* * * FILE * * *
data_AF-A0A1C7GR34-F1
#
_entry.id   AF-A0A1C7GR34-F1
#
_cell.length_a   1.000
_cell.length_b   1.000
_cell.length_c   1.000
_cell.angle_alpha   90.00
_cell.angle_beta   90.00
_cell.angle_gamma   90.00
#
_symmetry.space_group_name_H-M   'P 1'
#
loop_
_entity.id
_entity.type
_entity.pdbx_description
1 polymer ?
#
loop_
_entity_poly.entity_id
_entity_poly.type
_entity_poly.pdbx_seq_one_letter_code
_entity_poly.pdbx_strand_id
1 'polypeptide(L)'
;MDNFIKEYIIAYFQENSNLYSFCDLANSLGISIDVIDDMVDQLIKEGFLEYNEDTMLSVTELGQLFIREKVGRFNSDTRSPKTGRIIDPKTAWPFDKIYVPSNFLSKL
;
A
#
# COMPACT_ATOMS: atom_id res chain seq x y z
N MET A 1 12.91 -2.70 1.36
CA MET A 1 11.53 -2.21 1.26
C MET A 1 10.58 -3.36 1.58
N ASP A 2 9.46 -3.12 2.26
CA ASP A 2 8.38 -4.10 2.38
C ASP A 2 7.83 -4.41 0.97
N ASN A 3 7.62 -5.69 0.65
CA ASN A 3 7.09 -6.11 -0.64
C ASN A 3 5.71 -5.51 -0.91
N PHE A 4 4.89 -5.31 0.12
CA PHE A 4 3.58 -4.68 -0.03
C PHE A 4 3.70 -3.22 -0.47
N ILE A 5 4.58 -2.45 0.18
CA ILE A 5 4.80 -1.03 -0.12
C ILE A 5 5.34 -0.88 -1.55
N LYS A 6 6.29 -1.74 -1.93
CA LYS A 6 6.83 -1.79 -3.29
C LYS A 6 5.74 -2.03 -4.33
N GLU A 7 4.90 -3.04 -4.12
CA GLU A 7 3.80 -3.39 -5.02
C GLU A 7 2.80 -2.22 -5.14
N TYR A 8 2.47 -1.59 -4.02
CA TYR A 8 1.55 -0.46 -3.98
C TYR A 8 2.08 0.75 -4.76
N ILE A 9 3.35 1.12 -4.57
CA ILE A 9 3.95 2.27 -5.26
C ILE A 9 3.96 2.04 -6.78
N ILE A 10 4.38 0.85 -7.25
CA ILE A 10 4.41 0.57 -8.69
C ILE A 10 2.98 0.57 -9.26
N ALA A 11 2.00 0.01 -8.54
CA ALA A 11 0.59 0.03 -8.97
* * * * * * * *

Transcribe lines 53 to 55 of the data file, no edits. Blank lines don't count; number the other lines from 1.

CA TYR A 8 1.55 -0.46 -3.98
C TYR A 8 2.08 0.75 -4.76
N ILE A 9 3.35 1.12 -4.57